Political parties are taken for granted today, but how was the idea of party viewed in the eighteenth century, when core components of modern, representative politics were trialled? From Bolingbroke to Burke, political thinkers regarded party as a fundamental concept of politics, especially in the parliamentary system of Great Britain. The paradox of party was best formulated by David Hume: while parties often threatened the total dissolution of the government, they were also the source of life and vigour in modern politics. In the eighteenth century, party was usually understood as a set of flexible and evolving principles, associated with names and traditions, which categorised and managed political actors, voters, and commentators. This paper demonstrates that the idea of party as ideological unity is not purely a nineteenth- or twentieth-century phenomenon but can be traced to the eighteenth century.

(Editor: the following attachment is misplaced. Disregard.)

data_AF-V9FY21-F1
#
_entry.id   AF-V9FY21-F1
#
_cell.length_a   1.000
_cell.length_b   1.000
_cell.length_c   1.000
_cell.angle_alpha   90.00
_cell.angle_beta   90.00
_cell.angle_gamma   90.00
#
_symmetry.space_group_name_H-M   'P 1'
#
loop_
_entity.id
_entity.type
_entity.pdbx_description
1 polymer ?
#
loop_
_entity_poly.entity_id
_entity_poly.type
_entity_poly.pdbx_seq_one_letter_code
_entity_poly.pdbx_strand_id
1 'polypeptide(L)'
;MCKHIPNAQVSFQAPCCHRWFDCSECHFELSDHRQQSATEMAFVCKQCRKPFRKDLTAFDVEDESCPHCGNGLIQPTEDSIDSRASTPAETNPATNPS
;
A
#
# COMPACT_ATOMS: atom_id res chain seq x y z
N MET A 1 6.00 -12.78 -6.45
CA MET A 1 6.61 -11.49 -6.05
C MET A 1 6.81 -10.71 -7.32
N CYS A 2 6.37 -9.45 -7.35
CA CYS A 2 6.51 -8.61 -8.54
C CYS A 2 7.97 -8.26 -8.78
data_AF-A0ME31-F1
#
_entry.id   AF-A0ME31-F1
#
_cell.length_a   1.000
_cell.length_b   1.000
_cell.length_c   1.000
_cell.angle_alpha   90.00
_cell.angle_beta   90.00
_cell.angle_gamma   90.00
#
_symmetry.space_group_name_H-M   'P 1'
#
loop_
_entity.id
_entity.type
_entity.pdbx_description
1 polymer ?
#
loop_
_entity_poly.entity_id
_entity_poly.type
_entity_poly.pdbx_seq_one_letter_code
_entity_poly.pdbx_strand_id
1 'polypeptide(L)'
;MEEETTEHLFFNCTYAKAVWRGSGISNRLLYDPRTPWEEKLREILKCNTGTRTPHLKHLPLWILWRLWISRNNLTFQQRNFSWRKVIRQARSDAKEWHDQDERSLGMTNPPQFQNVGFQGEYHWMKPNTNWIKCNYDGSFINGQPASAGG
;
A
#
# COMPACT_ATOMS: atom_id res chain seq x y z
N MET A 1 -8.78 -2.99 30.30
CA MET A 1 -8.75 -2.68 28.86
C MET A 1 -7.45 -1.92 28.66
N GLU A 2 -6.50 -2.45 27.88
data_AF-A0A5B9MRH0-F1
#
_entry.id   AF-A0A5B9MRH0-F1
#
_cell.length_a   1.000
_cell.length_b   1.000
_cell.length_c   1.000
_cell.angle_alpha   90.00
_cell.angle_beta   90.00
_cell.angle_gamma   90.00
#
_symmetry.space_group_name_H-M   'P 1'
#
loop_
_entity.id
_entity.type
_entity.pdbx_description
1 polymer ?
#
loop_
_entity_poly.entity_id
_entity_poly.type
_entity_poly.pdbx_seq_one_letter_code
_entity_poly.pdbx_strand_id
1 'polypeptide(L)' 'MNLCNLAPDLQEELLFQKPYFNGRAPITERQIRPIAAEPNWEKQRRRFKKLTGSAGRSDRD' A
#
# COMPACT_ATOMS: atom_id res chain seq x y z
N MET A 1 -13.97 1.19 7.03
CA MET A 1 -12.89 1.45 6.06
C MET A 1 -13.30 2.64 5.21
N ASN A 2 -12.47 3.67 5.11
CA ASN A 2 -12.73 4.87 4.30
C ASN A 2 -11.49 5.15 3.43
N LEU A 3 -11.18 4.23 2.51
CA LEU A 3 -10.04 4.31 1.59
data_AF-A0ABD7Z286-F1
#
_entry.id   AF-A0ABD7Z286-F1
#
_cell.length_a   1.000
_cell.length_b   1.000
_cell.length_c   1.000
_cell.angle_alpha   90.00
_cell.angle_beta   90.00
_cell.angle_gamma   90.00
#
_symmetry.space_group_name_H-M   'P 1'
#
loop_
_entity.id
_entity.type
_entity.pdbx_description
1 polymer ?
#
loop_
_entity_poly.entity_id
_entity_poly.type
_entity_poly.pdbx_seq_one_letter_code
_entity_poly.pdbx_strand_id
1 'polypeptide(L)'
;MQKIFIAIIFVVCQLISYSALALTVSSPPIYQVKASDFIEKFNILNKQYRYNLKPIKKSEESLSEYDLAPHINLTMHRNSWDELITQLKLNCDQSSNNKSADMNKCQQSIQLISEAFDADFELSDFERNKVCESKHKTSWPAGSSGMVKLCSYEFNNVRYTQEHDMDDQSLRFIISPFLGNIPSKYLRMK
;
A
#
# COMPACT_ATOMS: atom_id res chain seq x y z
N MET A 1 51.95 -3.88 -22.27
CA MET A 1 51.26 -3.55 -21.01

Max Skjönsberg is a Postdoctoral Research Associate in the Department of History at the University of Liverpool. An intellectual and political historian of the eighteenth century, he has published articles in the Historical Journal, Journal of British Studies, History of Political Thought, Modern Intellectual History, and History of European Ideas. He has previously lectured in history and political theory at the University of St Andrews and the University of York. In addition to being awarded the 2013 Skinner Prize from the University of London, he was David Hume Fellow at the Institute for Advanced Studies in the Humanities at the University of Edinburgh in 2018, and received the Parliamentary History Essay Prize in 2020.
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